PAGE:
2. Ask questions about the loan. You want to make sure that there are no hidden fees or rules in your contract, and you want to understand fully what the mortgage process will be like. You can ask:

  • “How much will the down payment be? How much are closing costs?”
  • “What is the APR? How much will I be paying every year, including fees, penalties, and interest?”
  • “How long does it take to process a mortgage?”
  • “Do you offer fixed-rate or adjustable rate mortgages?”
  • “What will happen if I fall behind on my payments?”
  • “Are there prepayment penalties?” In other words: “Will I be charged fees if I pay off my mortgage early?”[7]
  • “What documents and information do I need to provide you?”[8]

3. Determine what extra fees you will be paying. There are many other fees that are tacked onto mortgages. While the bulk of your conversation will be about the interest rate and payment plan, be sure to ask your lender about what other charges they will incur. Ask directly: “In addition to my interest rate and monthly payment, what other fees am I responsible for?” Ask them to break down these fees and their purpose. These include:

  • Origination fees: these are the fees your lender will charge you for creating the loan.
  • Discount points: these are the difference in yield between your chosen rate and the par rate.
  • Closing costs: these are the fees you pay when the deed transfers to you.[9]
  • Note that this is the only stage of the process where the lender can legally negotiate with you. If you are haggling over actual rates, which are set 60 days in advance, you may be dealing with someone unsavory.

4. Compare offers before agreeing on a deal. Once they give you a rate, know that without locking the rate in, it can change at any time. You need a property to lock in the rate. Accepting this fluidity, inform them that you want to compare deals with other lenders and that you will get back to them shortly.

  • You can say, “I have a few more meetings set up with other banks, but I will let you know as soon as possible what my decision is.”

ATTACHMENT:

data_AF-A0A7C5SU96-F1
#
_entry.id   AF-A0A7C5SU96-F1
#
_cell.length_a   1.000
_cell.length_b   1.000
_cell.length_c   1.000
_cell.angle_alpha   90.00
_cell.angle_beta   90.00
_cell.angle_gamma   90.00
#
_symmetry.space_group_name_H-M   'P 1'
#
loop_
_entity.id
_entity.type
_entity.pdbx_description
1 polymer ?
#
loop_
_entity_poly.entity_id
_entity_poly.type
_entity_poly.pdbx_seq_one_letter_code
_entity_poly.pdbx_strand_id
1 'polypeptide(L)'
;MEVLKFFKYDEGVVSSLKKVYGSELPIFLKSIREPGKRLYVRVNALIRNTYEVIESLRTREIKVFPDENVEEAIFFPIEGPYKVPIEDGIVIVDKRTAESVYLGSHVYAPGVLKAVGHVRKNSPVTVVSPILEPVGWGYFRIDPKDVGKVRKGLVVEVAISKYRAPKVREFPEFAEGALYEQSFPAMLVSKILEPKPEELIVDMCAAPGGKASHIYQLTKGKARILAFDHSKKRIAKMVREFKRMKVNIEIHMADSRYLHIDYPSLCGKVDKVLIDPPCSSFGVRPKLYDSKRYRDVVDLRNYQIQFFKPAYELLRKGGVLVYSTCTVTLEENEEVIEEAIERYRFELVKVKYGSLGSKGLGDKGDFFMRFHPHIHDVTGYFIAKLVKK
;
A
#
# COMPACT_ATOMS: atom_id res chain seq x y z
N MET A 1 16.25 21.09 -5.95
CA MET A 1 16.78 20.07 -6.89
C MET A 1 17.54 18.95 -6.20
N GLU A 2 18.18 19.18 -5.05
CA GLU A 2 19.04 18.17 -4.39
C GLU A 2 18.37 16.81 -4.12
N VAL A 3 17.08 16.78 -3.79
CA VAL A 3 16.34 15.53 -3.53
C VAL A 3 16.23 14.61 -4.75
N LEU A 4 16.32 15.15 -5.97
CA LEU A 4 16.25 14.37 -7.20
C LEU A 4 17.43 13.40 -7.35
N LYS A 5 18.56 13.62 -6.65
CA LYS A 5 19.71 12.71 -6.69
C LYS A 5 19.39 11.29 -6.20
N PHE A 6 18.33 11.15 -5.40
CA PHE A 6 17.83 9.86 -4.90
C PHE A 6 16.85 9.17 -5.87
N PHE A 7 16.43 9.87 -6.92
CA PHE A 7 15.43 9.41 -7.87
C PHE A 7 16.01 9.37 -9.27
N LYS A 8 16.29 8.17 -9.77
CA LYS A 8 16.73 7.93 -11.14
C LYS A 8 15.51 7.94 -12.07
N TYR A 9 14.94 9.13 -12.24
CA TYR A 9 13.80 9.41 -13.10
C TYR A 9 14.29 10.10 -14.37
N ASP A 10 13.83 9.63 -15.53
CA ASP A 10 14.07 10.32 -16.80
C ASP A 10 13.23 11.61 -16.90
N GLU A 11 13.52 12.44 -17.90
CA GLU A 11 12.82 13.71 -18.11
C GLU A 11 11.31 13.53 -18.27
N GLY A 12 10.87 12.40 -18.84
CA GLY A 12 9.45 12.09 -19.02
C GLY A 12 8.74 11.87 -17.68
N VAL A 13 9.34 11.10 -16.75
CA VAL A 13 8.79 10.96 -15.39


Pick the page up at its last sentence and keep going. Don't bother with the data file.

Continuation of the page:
• If the lender tries to pressure you into signing a loan right away, resist. They are using predatory tactics to coerce you into getting a bad loan.[10] Simply state: “I do not feel comfortable signing onto a loan before I have explored my options.” If the lender pushes you, stand your ground. Say: “I am not going to sign this loan yet. While I appreciate the deal, I do not like being pressured into a loan.”

5. Watch out for predatory loans. You want to be absolutely aware of common scam tactics. Read all documents carefully, and go over the fine print. Ask a lawyer to help you. Some common predatory tactics include:

  • Blank spaces in documents. You should say: “I do not feel comfortable signing papers that have blank spots in them. Please fill in these spots, and resubmit the contract to me.”
  • Offering extremely low interest rates at the beginning and increasing them substantially after a certain point. This is known as ballooning. You should say: “I would rather pay slightly higher fees throughout the mortgage at a fixed rate. Can we negotiate this?”
  • A statement in the contract that prohibits you from suing them in the future. Say: “I do not feel comfortable with this clause. I will not waive my right to sue.”
  • If the lender will not budge on these points, walk away. They are not a reputable lender.[11]